Unification Sermons and Talks

by Reverends Ladolcetta

The King and the Janitor

by Catherine A. Ladolcetta
Irvington, AL

This story was written for the children of Top Garden School in Bayou La Batre, Alabama. I hope that it will inspire all the children who read it with the kindliness of Heavenly Father's heart.

Not so very long ago, a King lived in a beautiful kingdom. His own father had ruled with love, compassion and generosity in this land of radiant green fields and sparkling clear water for many years.

When the old King had grown gray and all knew of his wisdom, he went into the spiritual world, entrusting his son with his kingdom and its people. The new King, having lived all of his life with such a loving father and good King, followed in the tradition of compassion and generosity, and so his Kingdom was a happy one.

Before the old King ascended, he passed on a special job to his son. It was a task which, for all his years as King, he had performed carefully and joyfully. The son, although surprised, received this job with an appreciative heart.

All day the King sat in the great throne room of the castle, listening to the people who lived in his land. They were farmers, shepherds, merchants, tailors, cooks, carpenters, ditch diggers, teachers, healers, minstrels and inn keepers. In the castle, the King listened with respect to all who came-whether they brought joyful news, their deepest needs, or their complaints for him to hear. When all the talking was finished (and the King always had questions to ask), he would sit quietly on his high throne of tufted red velvet, which was inlaid with white elephant ivory, beaten gold, polished black onyx and gleaming rubies, thinking. Sometimes he thought for a long time, during which a chair was brought for the petitioner to sit down on. When the King was ready, he made his pronouncement and the question was settled. Only rarely did a petitioner feel unhappy with the King's decision. Sometimes the King would listen some more, and sometimes he changed his mind. He was a very good King.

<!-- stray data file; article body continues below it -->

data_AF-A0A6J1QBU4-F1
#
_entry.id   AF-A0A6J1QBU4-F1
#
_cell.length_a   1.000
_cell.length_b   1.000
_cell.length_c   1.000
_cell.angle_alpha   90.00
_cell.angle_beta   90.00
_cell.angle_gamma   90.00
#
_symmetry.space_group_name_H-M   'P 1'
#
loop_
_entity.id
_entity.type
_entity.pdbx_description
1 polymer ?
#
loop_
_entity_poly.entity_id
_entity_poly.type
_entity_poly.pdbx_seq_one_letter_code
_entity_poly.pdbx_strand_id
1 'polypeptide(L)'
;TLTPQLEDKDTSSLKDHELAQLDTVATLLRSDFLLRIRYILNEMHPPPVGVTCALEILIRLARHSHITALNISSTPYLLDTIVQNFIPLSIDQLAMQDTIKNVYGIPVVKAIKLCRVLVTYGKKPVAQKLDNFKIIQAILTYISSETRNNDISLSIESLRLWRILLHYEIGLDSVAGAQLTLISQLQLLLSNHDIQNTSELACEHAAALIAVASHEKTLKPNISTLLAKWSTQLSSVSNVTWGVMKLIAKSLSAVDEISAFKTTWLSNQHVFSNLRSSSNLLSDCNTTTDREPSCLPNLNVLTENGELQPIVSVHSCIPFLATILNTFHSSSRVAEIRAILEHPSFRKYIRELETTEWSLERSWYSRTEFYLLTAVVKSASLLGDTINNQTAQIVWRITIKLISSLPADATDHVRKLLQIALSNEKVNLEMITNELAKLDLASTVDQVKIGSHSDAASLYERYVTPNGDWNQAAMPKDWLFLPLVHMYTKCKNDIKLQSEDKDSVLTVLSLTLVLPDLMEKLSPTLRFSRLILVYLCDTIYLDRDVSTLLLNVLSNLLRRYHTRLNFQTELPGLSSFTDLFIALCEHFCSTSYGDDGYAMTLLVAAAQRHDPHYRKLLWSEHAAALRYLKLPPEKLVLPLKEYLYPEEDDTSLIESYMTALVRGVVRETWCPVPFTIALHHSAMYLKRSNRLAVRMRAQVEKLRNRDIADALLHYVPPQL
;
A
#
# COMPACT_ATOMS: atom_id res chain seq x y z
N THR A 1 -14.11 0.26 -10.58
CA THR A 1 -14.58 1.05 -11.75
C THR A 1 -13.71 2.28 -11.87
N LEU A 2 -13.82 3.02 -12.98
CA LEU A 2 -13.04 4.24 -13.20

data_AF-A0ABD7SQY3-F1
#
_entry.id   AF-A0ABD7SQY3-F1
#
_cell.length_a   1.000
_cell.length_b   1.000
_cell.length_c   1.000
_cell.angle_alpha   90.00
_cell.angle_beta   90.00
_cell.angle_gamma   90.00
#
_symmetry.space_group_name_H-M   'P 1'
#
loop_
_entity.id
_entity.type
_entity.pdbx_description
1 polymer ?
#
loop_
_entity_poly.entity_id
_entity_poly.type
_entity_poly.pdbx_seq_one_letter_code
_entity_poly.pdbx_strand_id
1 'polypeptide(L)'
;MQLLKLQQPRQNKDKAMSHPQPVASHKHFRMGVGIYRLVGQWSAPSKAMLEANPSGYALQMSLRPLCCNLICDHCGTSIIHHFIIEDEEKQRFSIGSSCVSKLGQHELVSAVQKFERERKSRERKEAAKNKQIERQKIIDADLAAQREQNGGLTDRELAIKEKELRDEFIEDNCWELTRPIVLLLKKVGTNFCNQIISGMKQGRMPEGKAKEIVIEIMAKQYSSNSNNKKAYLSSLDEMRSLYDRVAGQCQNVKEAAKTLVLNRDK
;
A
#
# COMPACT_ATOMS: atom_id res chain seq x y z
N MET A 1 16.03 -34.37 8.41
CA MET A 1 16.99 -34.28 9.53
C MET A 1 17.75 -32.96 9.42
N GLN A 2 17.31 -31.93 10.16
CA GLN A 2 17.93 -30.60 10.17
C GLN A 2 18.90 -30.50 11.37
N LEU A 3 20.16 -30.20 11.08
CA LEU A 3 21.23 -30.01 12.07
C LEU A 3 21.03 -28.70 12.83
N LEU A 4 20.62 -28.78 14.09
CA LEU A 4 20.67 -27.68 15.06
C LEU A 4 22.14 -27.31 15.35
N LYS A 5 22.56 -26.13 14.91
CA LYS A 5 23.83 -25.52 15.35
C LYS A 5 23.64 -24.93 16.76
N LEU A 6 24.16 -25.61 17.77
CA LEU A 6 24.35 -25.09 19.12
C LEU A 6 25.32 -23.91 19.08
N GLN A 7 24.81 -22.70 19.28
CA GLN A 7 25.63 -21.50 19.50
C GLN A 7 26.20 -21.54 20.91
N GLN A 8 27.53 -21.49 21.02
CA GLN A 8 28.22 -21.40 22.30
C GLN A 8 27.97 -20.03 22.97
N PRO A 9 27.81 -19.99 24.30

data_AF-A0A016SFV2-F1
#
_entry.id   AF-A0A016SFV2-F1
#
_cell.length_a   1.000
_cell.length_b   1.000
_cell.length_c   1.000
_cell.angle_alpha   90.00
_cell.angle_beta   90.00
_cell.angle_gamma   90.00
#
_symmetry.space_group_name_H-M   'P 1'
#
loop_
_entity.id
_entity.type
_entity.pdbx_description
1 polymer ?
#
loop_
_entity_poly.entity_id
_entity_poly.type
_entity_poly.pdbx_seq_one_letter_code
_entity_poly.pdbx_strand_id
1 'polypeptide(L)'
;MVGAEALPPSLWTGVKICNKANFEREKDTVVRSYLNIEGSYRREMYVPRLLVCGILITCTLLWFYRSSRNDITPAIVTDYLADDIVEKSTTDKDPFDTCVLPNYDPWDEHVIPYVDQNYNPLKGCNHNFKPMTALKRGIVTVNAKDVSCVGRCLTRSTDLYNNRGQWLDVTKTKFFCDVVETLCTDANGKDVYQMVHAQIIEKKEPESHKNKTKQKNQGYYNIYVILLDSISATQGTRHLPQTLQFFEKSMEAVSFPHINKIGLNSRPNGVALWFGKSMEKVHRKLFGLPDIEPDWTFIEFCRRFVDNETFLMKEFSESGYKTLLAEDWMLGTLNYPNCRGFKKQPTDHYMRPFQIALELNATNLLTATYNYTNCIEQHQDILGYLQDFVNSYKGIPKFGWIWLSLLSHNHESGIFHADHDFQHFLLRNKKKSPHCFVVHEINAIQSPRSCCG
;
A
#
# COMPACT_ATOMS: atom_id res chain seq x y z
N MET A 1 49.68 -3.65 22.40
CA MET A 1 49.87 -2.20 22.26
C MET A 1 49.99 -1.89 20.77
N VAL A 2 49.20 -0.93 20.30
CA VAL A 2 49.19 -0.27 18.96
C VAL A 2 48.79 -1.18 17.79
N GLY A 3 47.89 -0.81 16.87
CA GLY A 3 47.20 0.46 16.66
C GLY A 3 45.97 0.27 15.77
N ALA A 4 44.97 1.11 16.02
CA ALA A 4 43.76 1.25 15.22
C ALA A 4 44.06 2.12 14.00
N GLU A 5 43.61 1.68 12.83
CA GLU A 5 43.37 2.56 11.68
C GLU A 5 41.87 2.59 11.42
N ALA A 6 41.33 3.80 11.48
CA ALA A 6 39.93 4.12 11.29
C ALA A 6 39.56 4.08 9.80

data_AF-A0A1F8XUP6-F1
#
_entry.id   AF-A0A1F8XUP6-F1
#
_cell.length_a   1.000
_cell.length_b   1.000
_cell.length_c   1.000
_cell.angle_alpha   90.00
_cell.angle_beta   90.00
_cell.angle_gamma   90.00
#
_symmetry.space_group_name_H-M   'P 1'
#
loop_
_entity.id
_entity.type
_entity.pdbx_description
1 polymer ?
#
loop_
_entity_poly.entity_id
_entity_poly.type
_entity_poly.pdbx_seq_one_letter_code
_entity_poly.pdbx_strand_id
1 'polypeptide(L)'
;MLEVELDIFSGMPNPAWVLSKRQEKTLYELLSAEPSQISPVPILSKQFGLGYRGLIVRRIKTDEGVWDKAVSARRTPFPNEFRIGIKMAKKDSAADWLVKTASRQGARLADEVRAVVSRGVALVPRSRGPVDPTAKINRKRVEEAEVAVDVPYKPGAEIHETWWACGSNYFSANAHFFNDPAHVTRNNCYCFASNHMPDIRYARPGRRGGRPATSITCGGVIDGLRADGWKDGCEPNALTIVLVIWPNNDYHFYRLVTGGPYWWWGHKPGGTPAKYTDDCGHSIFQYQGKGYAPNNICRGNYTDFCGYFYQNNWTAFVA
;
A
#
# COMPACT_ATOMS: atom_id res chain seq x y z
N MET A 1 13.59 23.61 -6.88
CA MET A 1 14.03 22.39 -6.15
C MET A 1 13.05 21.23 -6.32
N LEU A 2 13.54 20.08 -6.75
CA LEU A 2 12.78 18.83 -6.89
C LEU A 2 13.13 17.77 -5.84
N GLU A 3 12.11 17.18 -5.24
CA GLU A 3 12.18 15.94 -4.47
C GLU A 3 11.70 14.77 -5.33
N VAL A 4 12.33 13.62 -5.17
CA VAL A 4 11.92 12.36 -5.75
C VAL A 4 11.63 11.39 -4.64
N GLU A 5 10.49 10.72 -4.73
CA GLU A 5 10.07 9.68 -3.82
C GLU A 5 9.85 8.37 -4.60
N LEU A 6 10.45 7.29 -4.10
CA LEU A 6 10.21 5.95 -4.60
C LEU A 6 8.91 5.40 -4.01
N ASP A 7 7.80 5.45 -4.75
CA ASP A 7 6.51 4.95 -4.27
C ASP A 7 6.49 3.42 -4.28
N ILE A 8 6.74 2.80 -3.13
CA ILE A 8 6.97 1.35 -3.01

During the day the throne room felt the feet of many people. When it rained the black and white marble squares, with gold flecks inside, got muddy. When it was dry and hot they got dusty and dirt stuck to everything in the throne room. Of course the kitchen got muddy or dusty too, and so did the great hallways by which one traveled throughout the castle. The beautiful stained-glass windows quickly became dull with dust and their colors dimmed. The statues and fountains and pillars and stone arches all gathered dust. So must dust!

But miraculously, by early morning of the next day, as the sun began to peep in at the colorful panes of glass, the mud and dirt and dust were gone.

One morning, after a day which had been particularly muddy, following a very dry spell which had created a terrific amount of dust, the King's favorite counselor came into the throne room and smiled.

"My lands," he thought to himself, "it was such a mess yesterday, I thought we'd never see it clean in here again." "My Lord!" he called joyfully. The King sat on his throne yawning a bit and having a hot cup of tea. he smiled over his cup at his long-time friend.

"What is it, Thomas Smythe?" he called back. He loved the early morning quiet, his cup of tea and the time to talk with Thomas.

"Sire, I think the throne room is cleaner than I have ever seen it! Don't you think we need to give the castle janitor a raise in pay?"

"Oh!" The King looked around the big, airy room as if he'd never noticed it at all. "Oh! It is nice, isn't it, and yesterday was so messy. Yes-that's quite a good idea, Thomas. Will you take care of it? Oh, and perhaps we can give him a medal here in the throne room to show our appreciation."

"Yes, Sire, what a grand idea. I shall go to the royal bookkeeper today!" He smiled happily at the King. The janitor would be happy, too, he knew. And his family, whoever they were.

The day passed pleasantly, as usual, for the King and Thomas Smythe, because in this well-ruled kingdom there were no murderers or thieves. In fact, there were very few complaints of any sort at all.

That afternoon at tea, Thomas Smythe approached the King and bowed, taking off his hat as was his custom. Then he plopped down on a cushion beside the King, a puzzled look on his face.

"Sire?" he queried.

"Hmm?" The King's mouth was full of bread and butter.

"Sire, I have found something odd. The royal bookkeeper knows of no one who is castle janitor."

"Ummph!" The King coughed a little and his teacup tipped. "Is that so?" The King shook his head. "But, how can that be, Thomas?" The King stared at the messy room around him. "We must find him. We shall send messengers all round about the villages and invite him to high tea!"

"Good idea, Sire."

The King smiled. "A week Wednesday would be good, eh, Thomas?"